Good Morning! Welcome to The Morning Shift, your roundup of the auto news you crave, all in one place every weekday morning. Here are the important stories you need to know.
1st Gear: How Volvo Got Her Groove Back
It’s kind of a miracle that post-U.S. Carpocalypse, Volvo exists at all. After being sold off by a struggling Ford, the brand could have easily faded into obscurity like Saab. Instead it’s cranking out some truly amazing cars like the XC90, not to mention more wagons.
Volvo’s still got a ways to go, but it’s already breaking sales records. Here’s Bloomberg:
Buoyed by the new XC90 sport utility vehicle, deliveries reached a new high last year, rising 8 percent to 503,127 vehicles, Gothenburg-based Volvo Cars said Friday in a statement. It was the first time the 89-year-old automaker has breached the half-million sales mark in one year.
The company, owned by Chinese billionaire Li Shufu’s Zhejiang Geely Holding Group Co., is retooling its lineup to compete with leading luxury-car makers including BMW AG. It’s counting on growing demand for premium models in the U.S., where it’s planning to build a car factory, to propel sales gains. The Swedish company is presenting the S90 sedan to the public for the first time next week at the North American International Auto Show in Detroit, and it said Friday that the entire model range will be renewed in four years.
“Volvo is about to enter the second phase of its global transformation,” Chief Executive Officer Hakan Samuelsson said in the statement. “Once completed, Volvo will have ceased being a minor automotive player and taken its position as a truly global premium car company.”
2nd Gear: First GM Ignition Switch Trial Begins Monday
Monday’s “bellweather” ignition switch trial could determine how the General Motors lawsuits go. From Bloomberg:
The car maker, which faces at least 16 trials on death and injury claims in state and federal courts in the U.S. in 2016, has said in regulatory filings that it couldn’t estimate its potential liability. It hasn’t set aside a reserve for the pending lawsuits, Jim Cain, a spokesman, said in an interview. He said GM will deal with the suits one at a time, challenging the plaintiffs to show that the defective switches caused the accidents.
The trials begin with the first of six bellwether cases in Manhattan, three chosen by plaintiffs’ lawyers, three by the defense. Bellwethers are used to test strategies and theories and learn what works and what doesn’t. The first, selected by the plaintiffs, isn’t one of the strongest claims against GM. It may have been selected for that reason — win a tough case and send the defense reeling, lose it and you have stronger ones ahead.
3rd Gear: Plug-In Volkswagen Tiguan Coming To Detroit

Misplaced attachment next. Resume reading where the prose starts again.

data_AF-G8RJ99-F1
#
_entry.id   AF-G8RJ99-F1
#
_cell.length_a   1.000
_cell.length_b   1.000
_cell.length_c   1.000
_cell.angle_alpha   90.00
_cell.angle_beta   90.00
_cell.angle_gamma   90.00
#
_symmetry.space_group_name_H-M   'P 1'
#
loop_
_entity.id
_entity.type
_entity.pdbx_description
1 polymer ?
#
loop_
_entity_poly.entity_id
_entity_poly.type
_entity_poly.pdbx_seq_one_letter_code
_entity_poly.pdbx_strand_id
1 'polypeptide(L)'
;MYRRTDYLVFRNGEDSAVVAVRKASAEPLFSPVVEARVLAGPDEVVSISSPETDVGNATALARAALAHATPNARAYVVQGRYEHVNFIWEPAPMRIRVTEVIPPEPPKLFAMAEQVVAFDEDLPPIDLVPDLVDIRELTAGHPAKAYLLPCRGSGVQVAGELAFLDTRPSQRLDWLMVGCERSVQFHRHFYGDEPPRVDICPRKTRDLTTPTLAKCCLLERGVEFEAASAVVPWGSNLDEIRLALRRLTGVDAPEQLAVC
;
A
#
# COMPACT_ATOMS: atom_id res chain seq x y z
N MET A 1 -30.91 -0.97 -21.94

The all-new 2017 Volkswagen Tiguan looks pretty sharp, and the company apparently has a plug-in electric version debuting at the Detroit Auto Show. VW needs bigger crossovers in its lineup and it needs to clean up its image after Dieselgate. Will this help? Reuters:
Europe’s biggest automaker is putting increasing emphasis on electric cars following its cheating of diesel emissions tests, which analysts think could hit demand for diesel vehicles, and a focus on SUVs makes sense given their growing popularity.
“VW can’t release an SUV soon enough,” Edmunds.com analyst Jeremy Acevedo said. “SUV market share is at its highest ever level (in the U.S.),” with compact SUVs such as the new Tiguan accounting for 13 percent of all U.S. auto sales in 2015.
4th Gear: New GMC Acadia Too
I don’t have much to say about the GMC Acadia except that “it is an SUV you can buy with money,” but a new one is coming to Detroit. Not that it matters, since the current Acadia—which dates back to 2006—still sold in record numbers in 2015 amid the SUV boom. The Detroit News:
An update is needed for the Acadia, which competes in a segment with a new Honda Pilot, the Ford Explorer and Toyota Highlander.
“It’s quite old,” said Stephanie Brinley, senior analyst for IHS Automotive. “The segment here, technology is moving forward. It’s time to update it.”
Still, sales of the Acadia in the U.S. last year reached a high for the vehicle at 96,393, up 14.8 percent from 2014 totals.
5th Gear: Come To The Auto Show!
If you’re near Detroit, you should, it’s gonna be ginormous. One more from The Detroit News:
Workers are working nearly around the clock to get Cobo Center’s 735,000 square feet of show floor and display areas filled with LED screens, massive sets and stages before Monday, when more than 5,000 journalists from more than 60 countries are expected to arrive for the show’s press days.
“Everybody’s in a great mood,” Paul Sabatini, chairman of the Detroit auto show, said during a walk-through of the show floor with Detroit Mayor Mike Duggan. “As you walk through, you can see the difference ... it’s amazing to see how great it is.”
This year’s show — open to the public from Jan. 16-25 — will feature more than 40 primarily global vehicle debuts from the world’s largest automakers. They’ll take place on $200 million worth of new sets and stages inside Cobo Center, which last year completed a multiyear, nearly $300 million renovation.
Neutral: What Are You Excited About At Detroit?
Lots of new car debuts, even if there shouldn’t be anything as extreme as a new Ford GT. What gets you going?
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